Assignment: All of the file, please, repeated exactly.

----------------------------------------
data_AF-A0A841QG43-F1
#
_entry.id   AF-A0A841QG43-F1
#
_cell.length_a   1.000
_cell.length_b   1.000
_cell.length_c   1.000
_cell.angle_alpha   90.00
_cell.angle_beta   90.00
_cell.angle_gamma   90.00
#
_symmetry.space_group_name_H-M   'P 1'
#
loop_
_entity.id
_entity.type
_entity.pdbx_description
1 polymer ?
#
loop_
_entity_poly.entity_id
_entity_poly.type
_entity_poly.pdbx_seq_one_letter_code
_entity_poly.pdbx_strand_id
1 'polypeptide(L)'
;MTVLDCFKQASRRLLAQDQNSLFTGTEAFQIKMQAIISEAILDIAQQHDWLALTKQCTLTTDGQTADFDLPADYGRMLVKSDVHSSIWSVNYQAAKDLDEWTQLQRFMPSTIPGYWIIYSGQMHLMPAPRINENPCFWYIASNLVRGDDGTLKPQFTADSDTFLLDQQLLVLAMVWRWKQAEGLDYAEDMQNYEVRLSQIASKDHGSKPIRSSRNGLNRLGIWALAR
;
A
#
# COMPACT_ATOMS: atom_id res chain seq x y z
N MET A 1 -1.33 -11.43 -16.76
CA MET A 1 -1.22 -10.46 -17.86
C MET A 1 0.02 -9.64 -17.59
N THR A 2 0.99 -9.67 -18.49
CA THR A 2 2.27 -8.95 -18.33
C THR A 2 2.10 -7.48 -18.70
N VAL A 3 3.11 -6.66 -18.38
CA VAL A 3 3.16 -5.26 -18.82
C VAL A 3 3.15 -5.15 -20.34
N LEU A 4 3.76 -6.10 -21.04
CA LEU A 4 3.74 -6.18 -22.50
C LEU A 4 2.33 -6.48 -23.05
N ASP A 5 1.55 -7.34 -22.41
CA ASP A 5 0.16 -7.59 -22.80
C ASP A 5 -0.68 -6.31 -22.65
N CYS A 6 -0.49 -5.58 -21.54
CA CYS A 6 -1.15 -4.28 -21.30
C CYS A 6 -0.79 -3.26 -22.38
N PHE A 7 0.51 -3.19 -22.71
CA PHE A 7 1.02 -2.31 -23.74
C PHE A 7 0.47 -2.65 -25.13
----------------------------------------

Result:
data_AF-A0A841QG43-F1
#
_entry.id   AF-A0A841QG43-F1
#
_cell.length_a   1.000
_cell.length_b   1.000
_cell.length_c   1.000
_cell.angle_alpha   90.00
_cell.angle_beta   90.00
_cell.angle_gamma   90.00
#
_symmetry.space_group_name_H-M   'P 1'
#
loop_
_entity.id
_entity.type
_entity.pdbx_description
1 polymer ?
#
loop_
_entity_poly.entity_id
_entity_poly.type
_entity_poly.pdbx_seq_one_letter_code
_entity_poly.pdbx_strand_id
1 'polypeptide(L)'
;MTVLDCFKQASRRLLAQDQNSLFTGTEAFQIKMQAIISEAILDIAQQHDWLALTKQCTLTTDGQTADFDLPADYGRMLVKSDVHSSIWSVNYQAAKDLDEWTQLQRFMPSTIPGYWIIYSGQMHLMPAPRINENPCFWYIASNLVRGDDGTLKPQFTADSDTFLLDQQLLVLAMVWRWKQAEGLDYAEDMQNYEVRLSQIASKDHGSKPIRSSRNGLNRLGIWALAR
;
A
#
# COMPACT_ATOMS: atom_id res chain seq x y z
N MET A 1 -1.33 -11.43 -16.76
CA MET A 1 -1.22 -10.46 -17.86
C MET A 1 0.02 -9.64 -17.59
N THR A 2 0.99 -9.67 -18.49
CA THR A 2 2.27 -8.95 -18.33
C THR A 2 2.10 -7.48 -18.70
N VAL A 3 3.11 -6.66 -18.38
CA VAL A 3 3.16 -5.26 -18.82
C VAL A 3 3.15 -5.15 -20.34
N LEU A 4 3.76 -6.10 -21.04
CA LEU A 4 3.74 -6.18 -22.50
C LEU A 4 2.33 -6.48 -23.05
N ASP A 5 1.55 -7.34 -22.41
CA ASP A 5 0.16 -7.59 -22.80
C ASP A 5 -0.68 -6.31 -22.65
N CYS A 6 -0.49 -5.58 -21.54
CA CYS A 6 -1.15 -4.28 -21.30
C CYS A 6 -0.79 -3.26 -22.38
N PHE A 7 0.51 -3.19 -22.71
CA PHE A 7 1.02 -2.31 -23.74
C PHE A 7 0.47 -2.65 -25.13